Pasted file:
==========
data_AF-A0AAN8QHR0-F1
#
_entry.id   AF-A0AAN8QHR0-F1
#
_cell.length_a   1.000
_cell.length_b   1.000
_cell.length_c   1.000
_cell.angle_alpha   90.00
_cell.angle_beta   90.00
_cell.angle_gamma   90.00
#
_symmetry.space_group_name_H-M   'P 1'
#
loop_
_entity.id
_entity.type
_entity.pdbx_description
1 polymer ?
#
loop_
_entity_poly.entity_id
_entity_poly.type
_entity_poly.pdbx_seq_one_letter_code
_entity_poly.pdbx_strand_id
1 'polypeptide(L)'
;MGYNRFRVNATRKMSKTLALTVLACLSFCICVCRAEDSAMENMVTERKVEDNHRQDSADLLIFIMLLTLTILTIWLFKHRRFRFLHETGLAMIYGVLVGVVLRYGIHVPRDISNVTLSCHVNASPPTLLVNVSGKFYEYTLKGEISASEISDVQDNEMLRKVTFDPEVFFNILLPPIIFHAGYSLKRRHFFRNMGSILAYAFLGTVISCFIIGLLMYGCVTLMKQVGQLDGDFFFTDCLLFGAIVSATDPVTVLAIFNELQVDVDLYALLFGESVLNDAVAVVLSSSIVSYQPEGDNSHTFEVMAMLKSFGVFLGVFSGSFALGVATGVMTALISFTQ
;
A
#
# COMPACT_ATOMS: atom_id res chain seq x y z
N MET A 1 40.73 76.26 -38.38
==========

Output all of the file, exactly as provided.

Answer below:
data_AF-A0AAN8QHR0-F1
#
_entry.id   AF-A0AAN8QHR0-F1
#
_cell.length_a   1.000
_cell.length_b   1.000
_cell.length_c   1.000
_cell.angle_alpha   90.00
_cell.angle_beta   90.00
_cell.angle_gamma   90.00
#
_symmetry.space_group_name_H-M   'P 1'
#
loop_
_entity.id
_entity.type
_entity.pdbx_description
1 polymer ?
#
loop_
_entity_poly.entity_id
_entity_poly.type
_entity_poly.pdbx_seq_one_letter_code
_entity_poly.pdbx_strand_id
1 'polypeptide(L)'
;MGYNRFRVNATRKMSKTLALTVLACLSFCICVCRAEDSAMENMVTERKVEDNHRQDSADLLIFIMLLTLTILTIWLFKHRRFRFLHETGLAMIYGVLVGVVLRYGIHVPRDISNVTLSCHVNASPPTLLVNVSGKFYEYTLKGEISASEISDVQDNEMLRKVTFDPEVFFNILLPPIIFHAGYSLKRRHFFRNMGSILAYAFLGTVISCFIIGLLMYGCVTLMKQVGQLDGDFFFTDCLLFGAIVSATDPVTVLAIFNELQVDVDLYALLFGESVLNDAVAVVLSSSIVSYQPEGDNSHTFEVMAMLKSFGVFLGVFSGSFALGVATGVMTALISFTQ
;
A
#
# COMPACT_ATOMS: atom_id res chain seq x y z
N MET A 1 40.73 76.26 -38.38